Job postings are a job seeker’s first interaction with your company. They set the tone for the rest of the recruitment process. Great job postings attract top talent, and bad ones are often ignored.
Here are 5 job posting best practices to help you give candidates what they want. And increase your talent pool.
1. Include salary info
You’ll get more applicants when you list the salary in your job postings, even if it’s just a range. And it drives pay equity.
“Jobs with salary information have 30% more apply starts per impression than jobs without salary information.”(source: JobElephant)
Adding a pay range also cuts down on wasted interview time if candidates end up not liking the salary you offer.
For most states, it’s not a legal requirement to disclose salary in job postings…yet. But compensation is one of the top things job seekers look for.
Indeed even made a goal to list a salary range (or an estimate) for every job posted on their site by the end of 2022. Currently, only 34% of employers give salary ranges to Indeed.
2. List all of your benefits
If you want to attract more applicants, be sure to list benefits.
“Each benefit you include in a job ad increases the apply rate by 1% to 5%.”(source: Appcast)
Benefits are usually tied to your employee value proposition (EVP). With EVP, you’re answering the question: What’s in it for me?
Here are some examples of benefits that add value for job seekers:
- Adoption benefits
- Free parking
- Health insurance
- Onsite childcare
- Onsite gym
- Paid sick leave
- Paid training & development
- Paid vacation
- Parental leave
- Pet insurance
- Possibility for remote or flex-work
- Signing bonus
- Stock options
- Student loan repayments
- Tuition assistance
- & more
Get creative to make your benefits stand out even more. Add images to your job postings or a video about your company’s benefits.
If you need inspiration, here’s a great video from Dropbox highlighting how employees feel about working there. And it mentions some of the benefits they enjoy (e.g., the tea and scones cart, the gym, and the music room).
3. Remove bias from your job postings
Another one of the job posting best practices you can try is removing biased words. You can do this manually or use software like Ongig that automatically flags potential bias and gives you inclusive replacements.
By removing biased language, your chances of attracting diverse candidates increase. Swapping out words that might deter (or exclude candidates) from underrepresented groups shows your commitment to diversity, equity, and inclusion.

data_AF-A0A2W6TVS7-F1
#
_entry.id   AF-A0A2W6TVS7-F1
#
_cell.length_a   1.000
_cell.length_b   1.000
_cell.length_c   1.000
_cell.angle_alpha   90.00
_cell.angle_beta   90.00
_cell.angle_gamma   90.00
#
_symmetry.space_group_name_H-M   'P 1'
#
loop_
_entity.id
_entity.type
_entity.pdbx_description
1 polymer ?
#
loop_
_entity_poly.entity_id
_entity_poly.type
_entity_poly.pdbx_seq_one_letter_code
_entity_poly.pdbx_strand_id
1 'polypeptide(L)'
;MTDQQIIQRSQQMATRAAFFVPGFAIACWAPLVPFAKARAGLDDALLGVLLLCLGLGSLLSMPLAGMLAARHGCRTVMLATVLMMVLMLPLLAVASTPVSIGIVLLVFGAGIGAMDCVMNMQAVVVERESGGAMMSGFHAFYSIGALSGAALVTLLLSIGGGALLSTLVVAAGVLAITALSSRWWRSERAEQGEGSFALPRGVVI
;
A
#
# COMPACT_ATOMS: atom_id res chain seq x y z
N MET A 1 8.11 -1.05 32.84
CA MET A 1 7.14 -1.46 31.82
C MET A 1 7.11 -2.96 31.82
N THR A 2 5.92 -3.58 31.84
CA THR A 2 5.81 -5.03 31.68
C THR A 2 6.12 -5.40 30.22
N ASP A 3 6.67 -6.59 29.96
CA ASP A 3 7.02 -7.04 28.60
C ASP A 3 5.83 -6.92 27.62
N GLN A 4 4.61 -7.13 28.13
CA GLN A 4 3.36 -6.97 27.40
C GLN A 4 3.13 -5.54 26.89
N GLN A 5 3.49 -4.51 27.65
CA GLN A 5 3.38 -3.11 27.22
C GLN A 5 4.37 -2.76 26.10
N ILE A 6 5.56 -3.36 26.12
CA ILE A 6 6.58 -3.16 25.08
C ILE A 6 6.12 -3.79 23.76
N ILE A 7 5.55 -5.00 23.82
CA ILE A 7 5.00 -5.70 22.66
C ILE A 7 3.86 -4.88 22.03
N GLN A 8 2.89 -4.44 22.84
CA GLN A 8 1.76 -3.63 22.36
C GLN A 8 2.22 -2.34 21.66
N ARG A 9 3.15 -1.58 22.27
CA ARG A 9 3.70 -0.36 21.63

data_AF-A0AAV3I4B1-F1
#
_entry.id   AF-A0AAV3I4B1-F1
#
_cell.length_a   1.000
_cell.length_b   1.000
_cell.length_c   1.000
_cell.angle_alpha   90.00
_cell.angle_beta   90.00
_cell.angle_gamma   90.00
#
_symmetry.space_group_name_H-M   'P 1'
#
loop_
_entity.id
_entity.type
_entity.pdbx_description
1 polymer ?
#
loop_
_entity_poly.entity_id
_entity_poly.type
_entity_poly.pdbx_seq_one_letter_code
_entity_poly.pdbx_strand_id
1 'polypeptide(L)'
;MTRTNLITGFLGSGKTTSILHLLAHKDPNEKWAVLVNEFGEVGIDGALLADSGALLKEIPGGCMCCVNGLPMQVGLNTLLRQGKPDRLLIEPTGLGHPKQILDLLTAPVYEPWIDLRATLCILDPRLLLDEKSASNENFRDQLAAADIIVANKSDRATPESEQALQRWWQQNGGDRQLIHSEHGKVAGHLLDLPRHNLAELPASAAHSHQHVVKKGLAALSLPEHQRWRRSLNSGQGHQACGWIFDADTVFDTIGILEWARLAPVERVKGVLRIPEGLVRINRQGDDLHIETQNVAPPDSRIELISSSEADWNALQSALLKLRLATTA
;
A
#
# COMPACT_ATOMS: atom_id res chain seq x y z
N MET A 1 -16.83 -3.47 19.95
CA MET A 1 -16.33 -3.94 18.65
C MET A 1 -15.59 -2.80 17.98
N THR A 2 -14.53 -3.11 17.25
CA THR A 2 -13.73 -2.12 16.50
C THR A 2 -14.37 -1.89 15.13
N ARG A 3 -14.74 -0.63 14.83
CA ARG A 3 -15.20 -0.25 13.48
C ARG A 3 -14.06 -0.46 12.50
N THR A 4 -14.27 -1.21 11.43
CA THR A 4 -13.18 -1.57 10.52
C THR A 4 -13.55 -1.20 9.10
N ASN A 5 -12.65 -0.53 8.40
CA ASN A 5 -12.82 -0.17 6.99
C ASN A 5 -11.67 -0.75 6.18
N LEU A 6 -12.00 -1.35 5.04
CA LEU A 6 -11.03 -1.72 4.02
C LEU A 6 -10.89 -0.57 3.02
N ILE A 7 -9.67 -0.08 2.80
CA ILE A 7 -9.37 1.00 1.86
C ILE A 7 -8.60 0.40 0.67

Here are 25 of the most common “exclusionary words” found in job postings (with more inclusive replacements):
|an easy task
|brown bag session
|lunch and learn, learning session
|scale, move up, scaling, moving up
|criminal background check
|passionate about technology
|English native speaker
|fluent in English
|degree from a top school
|move, hold, moving, holding
|maternity and paternity leave
|parental leave, parental time off
|review, audit, double-check
|growth leadership, supportive leadership
|be stationary, being stationary
|be upright/stationary, being upright/stationary
|the men and women
|the team, the people
|move, traverse, moving, traversing
Note: You can find more examples of biased words to remove from your job postings in The Inclusive Language List for Job Ads.
4. Create templates for consistency
Job posting inconsistencies happen. Especially if you have multiple recruiters (or hiring managers) writing them.
People have different writing styles, different ideas on what to include for a role, or might be copy/pasting outdated content. Being inconsistent makes your job postings confusing and unprofessional.
The best way to avoid inconsistencies is to use templates. When you use templates, your team writes job postings with the same:
- Tone of voice (casual, formal, etc.)
- Point of View (I, We, You)
- Format (with bullet points or no bullet points, same fonts, etc.)
- Headings or sections (About You, About Us, What You’ll Do, etc.)
You can create job posting templates from scratch or build templates online. Check out these 5 Tools for Creating a Job Description Template to get you started.
5. End with a diversity statement
86% of global candidates find diversity, equity, and inclusion (DEI) an important factor they consider when applying for a job.
So, how do you show them your company has an inclusive environment or is dedicated to DEI?
The easiest way is to include a diversity statement in your job postings. Even using a generic statement is better than no statement at all.
Here’s an example of a diversity statement Ongig recommends using at the end of your job postings (feel free to riff on it or just copy it!):
“We embrace diversity and equality in a serious way. We are committed to building a team with a variety of backgrounds, skills and views. The more inclusive we are, the better our work will be. Creating a culture of equality isn’t just the right thing to do, it’s also the smart thing.”
Note: If you need some tips on writing a diversity statement, you’ll find them in our post on 25 Examples of Awesome Diversity Statements.
Why I wrote this:
Ongig’s mission is to help you attract top talent. Job posting best practices are woven into that mission and into our cloud-based job description software.
- 14 Viral Recruitment Videos and Why They’re The Best We’ve Ever Seen (by Laura Ross)
- How to show candidates you’re committed to diversity and inclusion in hiring (Monster Recruitment Team)
- Six Job Posting Best Practices to Attract Qualified Talent (by Adriene Smith)
- Job Ad Content: How Benefits Impact Candidate Attraction (by Appcast)